In 1968, William Truex Jr joined Eugene Alexander and formed a new architecture firm in the small city of Burlington, Vermont. From the very beginning, the firm’s civic role established a clear focus on urban planning and the design of buildings that serve a public purpose.
The new firm made an indelible mark on their hometown when, in the early 1970s, Bill Truex developed the first design concept for the Church Street Marketplace. Inspired by the pedestrian plazas of Europe, Bill joined a small group of Burlington’s civic leaders and initiated a pilot project, closing a busy downtown street to traffic to test the feasibility of a new pedestrian core for Burlington’s downtown. The project was a success and led to the active planning and design of the pedestrian marketplace over the following decade. Bill’s leadership resulted in the permanent removal of vehicle traffic from Church Street and its conversion into the award-winning Church Street Marketplace. The project involved an unprecedented closing of a major vehicular artery to create pedestrian linkages throughout the downtown area. Collectively, these and other urban improvement decisively enhanced the quality of Burlington’s downtown, contributing to the city center’s lively character and commercial vitality.
Many North American communities have recognized the success of this project as a model worthy of replication. In 1997, the National Trust for Historic Preservation granted its Great American Main Street Award to the Church Street Marketplace, and in 2008, the Marketplace was honored by the American Planning Association as one of the 10 Great Public Spaces in America.
In 1975, architects Willem deGroot and Tom Cullins started their own firm after having worked together at Burlington Associates, Architects and Planners. Two years later, they merged with Eugene and Bill to form Alexander & Truex / DeGroot Cullins. Rolf Kielman, who remains with the firm today, joined the team the following year in 1978. Eugene and Bill had started the firm by reinforcing the public realm through urban planning. In the 1970s and 80s, this focus grew to include a more diverse array of public and private projects, many of national significance. The firm expanded on their involvement in the development of downtown Burlington and surrounding communities, demonstrating the importance of place-making through thoughtful people-centric design, with a conscious blending of the interior and exterior.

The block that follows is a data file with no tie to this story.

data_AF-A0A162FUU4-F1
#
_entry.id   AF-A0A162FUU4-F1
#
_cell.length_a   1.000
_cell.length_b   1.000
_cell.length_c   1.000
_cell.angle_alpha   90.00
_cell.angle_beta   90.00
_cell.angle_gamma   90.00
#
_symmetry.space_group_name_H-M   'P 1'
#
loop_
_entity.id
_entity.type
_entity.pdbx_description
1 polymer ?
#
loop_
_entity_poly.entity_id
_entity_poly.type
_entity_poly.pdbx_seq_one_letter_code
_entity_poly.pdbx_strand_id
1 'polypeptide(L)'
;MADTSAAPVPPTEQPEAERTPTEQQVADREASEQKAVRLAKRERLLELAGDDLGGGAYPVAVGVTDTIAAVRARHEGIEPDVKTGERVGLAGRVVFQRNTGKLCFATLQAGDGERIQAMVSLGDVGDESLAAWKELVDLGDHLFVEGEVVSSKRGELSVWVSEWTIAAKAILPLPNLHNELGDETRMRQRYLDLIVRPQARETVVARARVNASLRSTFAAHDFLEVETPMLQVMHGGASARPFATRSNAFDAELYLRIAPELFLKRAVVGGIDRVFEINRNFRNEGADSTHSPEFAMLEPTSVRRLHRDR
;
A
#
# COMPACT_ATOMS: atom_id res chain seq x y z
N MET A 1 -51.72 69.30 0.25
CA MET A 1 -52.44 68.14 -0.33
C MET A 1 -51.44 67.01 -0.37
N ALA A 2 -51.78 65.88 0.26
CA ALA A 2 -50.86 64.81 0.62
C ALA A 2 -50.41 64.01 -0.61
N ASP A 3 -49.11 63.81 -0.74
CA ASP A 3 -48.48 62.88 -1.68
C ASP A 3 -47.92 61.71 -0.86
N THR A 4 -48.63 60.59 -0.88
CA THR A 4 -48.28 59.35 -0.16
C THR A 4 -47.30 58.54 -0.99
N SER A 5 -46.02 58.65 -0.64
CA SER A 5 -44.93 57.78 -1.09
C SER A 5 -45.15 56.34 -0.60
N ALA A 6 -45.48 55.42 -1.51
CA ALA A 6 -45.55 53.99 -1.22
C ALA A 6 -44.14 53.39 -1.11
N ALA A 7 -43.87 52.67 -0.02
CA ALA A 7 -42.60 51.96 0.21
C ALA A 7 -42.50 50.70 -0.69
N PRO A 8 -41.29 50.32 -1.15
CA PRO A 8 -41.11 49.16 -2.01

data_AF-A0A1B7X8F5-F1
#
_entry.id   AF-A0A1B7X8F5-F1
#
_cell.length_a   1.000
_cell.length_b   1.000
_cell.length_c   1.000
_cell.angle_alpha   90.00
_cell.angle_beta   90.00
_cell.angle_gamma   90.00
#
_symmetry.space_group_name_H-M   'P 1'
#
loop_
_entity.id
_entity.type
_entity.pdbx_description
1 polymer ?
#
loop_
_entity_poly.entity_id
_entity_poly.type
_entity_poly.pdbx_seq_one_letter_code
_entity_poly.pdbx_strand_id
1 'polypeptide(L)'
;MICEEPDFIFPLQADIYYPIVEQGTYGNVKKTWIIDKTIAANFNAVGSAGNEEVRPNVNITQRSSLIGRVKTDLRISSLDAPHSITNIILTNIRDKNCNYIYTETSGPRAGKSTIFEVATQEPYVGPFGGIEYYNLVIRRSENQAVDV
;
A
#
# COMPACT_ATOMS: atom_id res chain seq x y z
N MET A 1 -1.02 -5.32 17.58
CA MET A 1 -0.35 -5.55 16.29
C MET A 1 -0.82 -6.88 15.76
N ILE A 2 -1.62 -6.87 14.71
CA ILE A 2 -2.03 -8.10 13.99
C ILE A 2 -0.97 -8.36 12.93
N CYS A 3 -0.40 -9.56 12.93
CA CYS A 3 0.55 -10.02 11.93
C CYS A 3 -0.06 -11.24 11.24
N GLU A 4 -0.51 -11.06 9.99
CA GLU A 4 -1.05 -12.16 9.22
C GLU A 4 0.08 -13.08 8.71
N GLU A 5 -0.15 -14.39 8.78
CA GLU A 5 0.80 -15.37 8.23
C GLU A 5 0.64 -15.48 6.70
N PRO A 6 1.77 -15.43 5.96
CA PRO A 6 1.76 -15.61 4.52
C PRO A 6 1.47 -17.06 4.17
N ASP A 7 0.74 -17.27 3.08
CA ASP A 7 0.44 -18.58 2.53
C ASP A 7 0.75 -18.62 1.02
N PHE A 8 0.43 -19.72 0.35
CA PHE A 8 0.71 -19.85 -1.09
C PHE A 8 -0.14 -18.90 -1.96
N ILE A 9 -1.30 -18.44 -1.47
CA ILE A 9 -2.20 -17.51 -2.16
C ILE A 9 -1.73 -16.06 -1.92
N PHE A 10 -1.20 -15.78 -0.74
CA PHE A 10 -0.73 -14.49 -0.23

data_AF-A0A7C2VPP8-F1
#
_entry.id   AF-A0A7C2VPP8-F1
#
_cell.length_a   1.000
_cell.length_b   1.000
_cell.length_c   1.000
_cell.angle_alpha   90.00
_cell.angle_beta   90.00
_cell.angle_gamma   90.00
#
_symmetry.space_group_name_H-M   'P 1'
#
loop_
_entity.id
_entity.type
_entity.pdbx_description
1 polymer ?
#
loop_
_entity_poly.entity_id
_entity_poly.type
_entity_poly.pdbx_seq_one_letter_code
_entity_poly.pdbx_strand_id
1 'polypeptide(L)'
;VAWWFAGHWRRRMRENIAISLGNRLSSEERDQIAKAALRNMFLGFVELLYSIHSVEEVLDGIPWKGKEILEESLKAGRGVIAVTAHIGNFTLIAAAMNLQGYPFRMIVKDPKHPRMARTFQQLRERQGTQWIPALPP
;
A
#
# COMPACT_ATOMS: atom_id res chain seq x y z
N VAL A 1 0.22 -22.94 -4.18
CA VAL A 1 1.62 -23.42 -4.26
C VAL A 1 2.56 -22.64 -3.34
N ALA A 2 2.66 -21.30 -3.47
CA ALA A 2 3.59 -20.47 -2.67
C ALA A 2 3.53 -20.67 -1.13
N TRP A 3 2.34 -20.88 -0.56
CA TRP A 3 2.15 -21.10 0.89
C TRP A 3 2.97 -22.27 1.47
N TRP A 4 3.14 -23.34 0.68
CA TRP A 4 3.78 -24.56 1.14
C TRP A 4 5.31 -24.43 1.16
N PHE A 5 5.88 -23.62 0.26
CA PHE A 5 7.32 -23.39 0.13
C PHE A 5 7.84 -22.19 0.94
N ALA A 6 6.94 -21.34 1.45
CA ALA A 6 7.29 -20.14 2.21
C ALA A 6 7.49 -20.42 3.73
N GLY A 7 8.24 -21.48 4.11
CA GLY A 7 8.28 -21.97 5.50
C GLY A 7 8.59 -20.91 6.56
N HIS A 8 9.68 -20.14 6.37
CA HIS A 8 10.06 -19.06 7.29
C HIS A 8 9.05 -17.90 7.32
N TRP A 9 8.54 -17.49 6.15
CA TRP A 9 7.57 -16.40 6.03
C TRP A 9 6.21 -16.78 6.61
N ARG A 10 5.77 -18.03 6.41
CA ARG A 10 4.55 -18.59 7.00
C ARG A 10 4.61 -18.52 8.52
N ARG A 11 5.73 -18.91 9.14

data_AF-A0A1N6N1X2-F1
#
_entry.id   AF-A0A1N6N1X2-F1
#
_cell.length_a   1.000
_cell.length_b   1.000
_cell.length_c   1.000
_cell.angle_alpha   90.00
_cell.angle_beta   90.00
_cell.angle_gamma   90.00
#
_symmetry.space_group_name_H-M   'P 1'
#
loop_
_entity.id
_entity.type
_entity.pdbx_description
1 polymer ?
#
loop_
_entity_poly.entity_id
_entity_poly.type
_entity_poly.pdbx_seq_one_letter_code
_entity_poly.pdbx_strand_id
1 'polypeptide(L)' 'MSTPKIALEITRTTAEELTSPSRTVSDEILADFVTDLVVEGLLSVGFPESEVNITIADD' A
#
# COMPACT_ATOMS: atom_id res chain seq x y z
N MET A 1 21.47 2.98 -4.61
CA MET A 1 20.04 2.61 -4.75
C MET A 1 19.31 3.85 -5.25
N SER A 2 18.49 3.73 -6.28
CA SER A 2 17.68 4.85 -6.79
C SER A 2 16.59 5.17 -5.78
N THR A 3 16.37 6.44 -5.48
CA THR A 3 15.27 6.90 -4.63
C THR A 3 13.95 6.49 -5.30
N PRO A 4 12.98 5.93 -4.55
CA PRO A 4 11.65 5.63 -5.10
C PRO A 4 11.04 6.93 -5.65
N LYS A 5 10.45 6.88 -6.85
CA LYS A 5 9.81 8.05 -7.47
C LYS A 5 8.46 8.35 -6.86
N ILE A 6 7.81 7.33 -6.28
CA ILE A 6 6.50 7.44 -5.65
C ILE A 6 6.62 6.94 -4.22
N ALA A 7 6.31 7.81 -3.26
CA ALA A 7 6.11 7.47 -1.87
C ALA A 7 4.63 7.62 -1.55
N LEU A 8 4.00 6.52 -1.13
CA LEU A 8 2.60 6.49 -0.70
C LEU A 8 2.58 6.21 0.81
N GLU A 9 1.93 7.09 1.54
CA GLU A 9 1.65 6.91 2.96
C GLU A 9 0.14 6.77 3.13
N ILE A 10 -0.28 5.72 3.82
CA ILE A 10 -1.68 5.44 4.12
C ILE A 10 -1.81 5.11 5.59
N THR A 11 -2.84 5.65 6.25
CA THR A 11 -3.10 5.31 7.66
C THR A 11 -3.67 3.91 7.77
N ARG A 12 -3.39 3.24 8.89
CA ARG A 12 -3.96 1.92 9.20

One of the most celebrated structures in downtown Burlington to this day is Saint Paul’s Cathedral, designed by Tom Cullins with Bill Henderson while at Burlington Associates in the early 1970s. The design of Saint Paul’s Cathedral was the winning entry in a national architectural competition. The Cathedral sits on a bluff overlooking Lake Champlain and is a kind of spiritual lighthouse that marks the city’s urban and natural edges. The sanctuary walls and cloister form the urban edge, the entry to this religious monument presenting itself responsibly to the street front.
Alexander-Truex-deGroot became well known nationally for the development of regional blood centers. Starting with the Vermont/New Hampshire Red Cross Blood Center in 1974, the firm went on to design blood centers in eight other states, including the highly praised Richmond Metropolitan Blood Center and the Greater Hartford Chapter American Red Cross Blood Center, recipient of an AIA VT award for Excellence in Architecture Design.
All of this work was driven by Bill Truex’s passion to create open, inviting structures that celebrate the donor. Other projects during this period include McAuliffe’s Office Products Center, winner of a National Design Award in 1973 and an example of creativity and innovation in an urban setting; and the Southwick Music Building at the University of Vermont, which contrasts the modern with early 20th-century revival, achieving a flattering effect not through imitation but through juxtaposition. The building engages its users with a play on shadow and light.
The collective work by the firm in these early years advanced the notion that public architecture and planning can be accomplished with sustained commitment and creativity, and it reinforced the core belief that architects must be of service to their community.
In 1982 the firm moved to its current location on Battery Street in downtown Burlington. While Tom Cullins served as Chief Architect for IDEA Center in Athens, Greece, the remaining partners merged into Alexander Truex deGroot Architects in the Battery Street location. Upon Tom’s return, and with the retirement of Gene Alexander, the firm changed names once again to Truex deGroot Cullins. The leadership team was soon joined by Steve Selin, Samir Elabd and Rolf Kielman.